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Meta kills data tool that helped researchers uncover shady stuff on Facebook, Instagram

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CrowdTangle, a powerful data tool popular among academic researchers and journalists, will be officially discontinued this summer by its owner, Meta. “This message is to let you know that CrowdTangle will no longer be available after August 14, 2024,” reads CrowdTangle’s e-mail sent to its users and obtained by Neowin.

In simple terms, through CrowdTangle, the academia and media were able to analyze what is happening on social media like Facebook and Instagram. They could have studied popular content and public accounts and, for example, studied the spread of misinformation and hate speech – topics that often sparked a wave of negative press for Meta.

The tool was created as a third-party product that was acquired in 2016 by Meta itself. However, in recent years, the company made several crucial steps implying the tool will be discontinued at some point. Thus, Thursday's announcement didn’t come as a surprise.

The aforementioned e-mail communication clarifies the fate of CrowdTangle in the last months of its existence:

“Data in CrowdTangle will continue to be updated in real time until August 14, 2024. However, please note that the platform will be in maintenance mode and platform support will be limited to bugs that impact a wide number of users.

“After August 14, 2024, you will no longer have access to CrowdTangle’s User Interface or API.”

The timing of Meta’s decision is being criticized due to the upcoming U.S. Presidential election. This move will prevent researchers and journalists from monitoring and analyzing data leading to Election Day.

Meta emphasizes that it is building a successor dubbed Meta Content Library. The Wall Street Journal reported that Meta presents it as an overall upgrade with new features – such as the ability to search content based on how widely it was viewed and to see data on public comments – that CrowdTangle lacked.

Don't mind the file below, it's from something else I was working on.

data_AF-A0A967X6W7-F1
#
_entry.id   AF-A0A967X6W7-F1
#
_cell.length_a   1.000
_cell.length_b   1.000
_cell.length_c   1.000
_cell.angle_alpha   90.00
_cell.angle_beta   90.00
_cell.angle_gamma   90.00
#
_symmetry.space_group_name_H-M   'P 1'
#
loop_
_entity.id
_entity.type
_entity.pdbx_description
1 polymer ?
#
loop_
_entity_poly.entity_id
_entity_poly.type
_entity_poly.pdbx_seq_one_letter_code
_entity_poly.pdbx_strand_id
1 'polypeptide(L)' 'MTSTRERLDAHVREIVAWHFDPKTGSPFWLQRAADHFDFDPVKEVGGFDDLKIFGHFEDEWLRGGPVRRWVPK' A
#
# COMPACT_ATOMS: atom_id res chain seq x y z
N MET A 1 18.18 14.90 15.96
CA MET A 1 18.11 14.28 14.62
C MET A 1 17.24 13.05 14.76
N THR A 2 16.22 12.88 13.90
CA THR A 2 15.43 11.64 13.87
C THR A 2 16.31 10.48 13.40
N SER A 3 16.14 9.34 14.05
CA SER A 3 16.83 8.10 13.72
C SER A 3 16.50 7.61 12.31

However, two researchers with early access to Meta Content Library approached by WSJ were not impressed, citing several important limitations.

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Their opinion is shared by CrowdTangle’s co-founder and former CEO, Brandon Silverman. “Despite Meta’s claims, the Content Library isn’t close to being a replacement for CrowdTangle at the moment,” said Silverman in a blog post before diving into details. However, he thinks the foundation for Meta Content Library is great and there is potential to close all the important gaps between the two tools.

That said, beyond the feature package, there is one more crucial catch with Meta Content Library. The new tool is available only to researchers who conduct scientific or public interest research and maintain an affiliation with a qualified academic or non-profit institution. That means the journalists from commercial media will be left out.

That includes the fact-checkers from commercial media outlets. The only exception is for fact-checkers who officially work with Meta (part of its internal fact-checking program fighting misinformation on Facebook and Instagram) and journalists who conduct research and who maintain an affiliation with a qualified non-profit or academic institution.

The news is not important only to the U.S., but also to the rest of the world, because 2024 is a so-called super-election year, with important elections held in tens of countries across the globe.

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